In line with similar techniques, compressive sensing has the ability to reduce tremensdously tasks based on comparing large sets of large elements (see And so it begins ... Compressive Genomics), here we are looking at reducing the size of the samples through CS techniques in order to fast forward the phylogenic tree construction. Recall that we have potentially 7 billion microbiomes (the following study looks at microbiomes) and most of them are sparse over time. That's a lot of sparse objects to gather and the real question probably becomes, Instead of recognizing it is sparse and producing outstanding method for comparison, maybe we should look at sensors that get the compressed information in the first place. Without further due here is:
Quikr: a Method for Rapid Reconstruction of Bacterial Communities via Compressive Sensing by David Koslicki, Simon Foucart, and Gail Rosen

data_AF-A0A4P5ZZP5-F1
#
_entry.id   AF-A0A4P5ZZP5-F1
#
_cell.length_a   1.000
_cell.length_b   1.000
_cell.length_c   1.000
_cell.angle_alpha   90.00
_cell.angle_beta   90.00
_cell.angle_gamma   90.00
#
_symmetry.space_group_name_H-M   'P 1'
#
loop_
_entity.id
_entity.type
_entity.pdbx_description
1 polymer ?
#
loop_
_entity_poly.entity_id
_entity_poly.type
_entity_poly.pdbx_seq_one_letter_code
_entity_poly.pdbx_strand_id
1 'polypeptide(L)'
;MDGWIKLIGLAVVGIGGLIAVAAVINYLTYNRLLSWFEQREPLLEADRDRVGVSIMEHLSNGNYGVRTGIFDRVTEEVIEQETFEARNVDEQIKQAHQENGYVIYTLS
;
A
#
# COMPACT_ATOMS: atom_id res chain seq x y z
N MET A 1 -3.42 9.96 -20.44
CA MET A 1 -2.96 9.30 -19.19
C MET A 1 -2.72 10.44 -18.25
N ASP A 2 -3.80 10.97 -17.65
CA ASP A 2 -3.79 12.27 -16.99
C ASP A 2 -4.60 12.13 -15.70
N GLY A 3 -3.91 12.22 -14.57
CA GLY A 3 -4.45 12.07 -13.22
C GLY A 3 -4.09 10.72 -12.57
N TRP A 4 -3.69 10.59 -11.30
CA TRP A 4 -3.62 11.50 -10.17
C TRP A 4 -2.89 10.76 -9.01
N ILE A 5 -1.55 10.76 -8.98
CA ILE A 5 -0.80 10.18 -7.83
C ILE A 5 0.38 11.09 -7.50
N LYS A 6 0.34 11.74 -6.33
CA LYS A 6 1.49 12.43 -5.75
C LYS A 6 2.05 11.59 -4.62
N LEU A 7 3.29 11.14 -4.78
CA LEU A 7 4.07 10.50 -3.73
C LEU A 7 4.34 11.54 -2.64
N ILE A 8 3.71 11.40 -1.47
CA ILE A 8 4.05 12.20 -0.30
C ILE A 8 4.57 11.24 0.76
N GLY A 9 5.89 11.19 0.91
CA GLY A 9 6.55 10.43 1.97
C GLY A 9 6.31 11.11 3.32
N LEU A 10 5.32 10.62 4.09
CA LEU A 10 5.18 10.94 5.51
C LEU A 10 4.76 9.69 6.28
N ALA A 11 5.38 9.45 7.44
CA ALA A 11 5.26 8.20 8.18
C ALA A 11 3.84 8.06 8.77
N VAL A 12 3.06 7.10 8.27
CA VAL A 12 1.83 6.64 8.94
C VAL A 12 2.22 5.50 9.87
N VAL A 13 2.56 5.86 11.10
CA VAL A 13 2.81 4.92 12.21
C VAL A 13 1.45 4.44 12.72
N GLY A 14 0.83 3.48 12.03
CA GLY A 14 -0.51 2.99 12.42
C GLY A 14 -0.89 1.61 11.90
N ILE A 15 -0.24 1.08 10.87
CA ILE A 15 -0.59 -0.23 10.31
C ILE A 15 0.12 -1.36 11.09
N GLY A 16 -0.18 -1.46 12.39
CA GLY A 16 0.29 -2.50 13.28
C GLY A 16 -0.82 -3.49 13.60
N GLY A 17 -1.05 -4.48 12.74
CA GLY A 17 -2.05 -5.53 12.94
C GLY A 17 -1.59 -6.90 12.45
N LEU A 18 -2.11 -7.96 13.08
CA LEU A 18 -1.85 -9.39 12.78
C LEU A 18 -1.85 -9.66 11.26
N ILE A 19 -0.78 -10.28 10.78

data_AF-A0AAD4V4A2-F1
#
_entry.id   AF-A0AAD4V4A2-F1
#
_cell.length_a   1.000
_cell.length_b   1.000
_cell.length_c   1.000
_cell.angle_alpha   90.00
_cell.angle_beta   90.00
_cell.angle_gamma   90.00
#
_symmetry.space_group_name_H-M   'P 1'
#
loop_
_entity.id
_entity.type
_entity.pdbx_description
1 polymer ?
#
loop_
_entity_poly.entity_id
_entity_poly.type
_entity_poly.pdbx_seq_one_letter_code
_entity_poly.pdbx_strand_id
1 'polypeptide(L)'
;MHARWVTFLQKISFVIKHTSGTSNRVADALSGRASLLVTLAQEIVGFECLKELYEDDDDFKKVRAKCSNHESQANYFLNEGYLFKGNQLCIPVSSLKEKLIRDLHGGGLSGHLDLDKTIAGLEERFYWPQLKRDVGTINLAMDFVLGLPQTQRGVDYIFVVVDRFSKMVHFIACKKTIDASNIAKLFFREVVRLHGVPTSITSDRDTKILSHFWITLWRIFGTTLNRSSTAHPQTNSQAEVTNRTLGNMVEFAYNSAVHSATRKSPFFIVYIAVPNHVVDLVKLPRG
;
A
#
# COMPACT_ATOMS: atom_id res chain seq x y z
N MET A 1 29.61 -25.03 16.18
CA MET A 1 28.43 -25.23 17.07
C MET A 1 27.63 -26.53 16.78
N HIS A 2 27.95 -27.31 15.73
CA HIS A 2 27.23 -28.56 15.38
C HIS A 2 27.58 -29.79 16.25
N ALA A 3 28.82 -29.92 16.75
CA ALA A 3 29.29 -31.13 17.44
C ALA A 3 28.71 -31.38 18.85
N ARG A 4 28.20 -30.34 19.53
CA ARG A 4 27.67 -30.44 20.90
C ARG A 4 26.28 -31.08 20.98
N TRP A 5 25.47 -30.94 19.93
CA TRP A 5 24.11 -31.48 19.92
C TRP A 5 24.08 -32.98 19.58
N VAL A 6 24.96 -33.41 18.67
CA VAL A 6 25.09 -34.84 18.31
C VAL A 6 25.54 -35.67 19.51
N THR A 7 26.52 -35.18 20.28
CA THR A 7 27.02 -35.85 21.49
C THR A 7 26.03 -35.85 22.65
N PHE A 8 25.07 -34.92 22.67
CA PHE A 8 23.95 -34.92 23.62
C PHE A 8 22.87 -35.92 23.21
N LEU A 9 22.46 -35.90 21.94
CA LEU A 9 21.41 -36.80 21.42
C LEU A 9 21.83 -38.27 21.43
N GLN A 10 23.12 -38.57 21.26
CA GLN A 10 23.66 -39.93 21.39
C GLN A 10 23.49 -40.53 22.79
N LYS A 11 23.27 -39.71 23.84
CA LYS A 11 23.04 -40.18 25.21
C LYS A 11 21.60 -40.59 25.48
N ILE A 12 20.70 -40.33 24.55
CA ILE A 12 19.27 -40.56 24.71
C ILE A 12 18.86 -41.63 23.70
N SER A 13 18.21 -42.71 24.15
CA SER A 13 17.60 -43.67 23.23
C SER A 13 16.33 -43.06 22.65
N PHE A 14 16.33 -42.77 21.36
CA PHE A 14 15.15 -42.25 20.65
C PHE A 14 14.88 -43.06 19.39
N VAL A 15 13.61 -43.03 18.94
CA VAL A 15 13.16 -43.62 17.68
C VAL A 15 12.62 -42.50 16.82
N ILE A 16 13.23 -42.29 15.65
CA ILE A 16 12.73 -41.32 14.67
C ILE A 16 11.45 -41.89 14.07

Abstract. Many metagenomic studies compare hundreds to thousands of environmental and health-related samples by extracting and sequencing their 16S rRNA amplicons and measuring their similarity using beta-diversity metrics. However, one of the ﬁrst steps - to classify the operational taxonomic units withing the sample - can be a computationally time-consuming task since most methods rely on computing the taxonomic assignment of each individual read out of tens to hundreds of thousands of reads. We introduce Quikr: a QUadratic, K-mer based, Iterative,Reconstruction method which computes a vector of taxonomic assignments and their proportions in the sample using an optimization technique motivated from the mathematical theory of compressive sensing. On both simulated and actual biological data, we demonstrate that Quikr istypically more accurate as well as typically orders of magnitude faster than the most commonly utilized taxonomic assignment technique (the Ribosomal Database Project’s Naıve Bayesian Classiﬁer). Furthermore, the technique is shown to be unaﬀected by the presence of chimeras thereby allowing for the circumvention of the time-intensive step of chimera ﬁltering. The Quikr computational package (using MATLAB or Octave) for the Linux and Mac platforms is available at http://sourceforge.net/projects/quikr/.The Quikr page is here while an implementation is available here.
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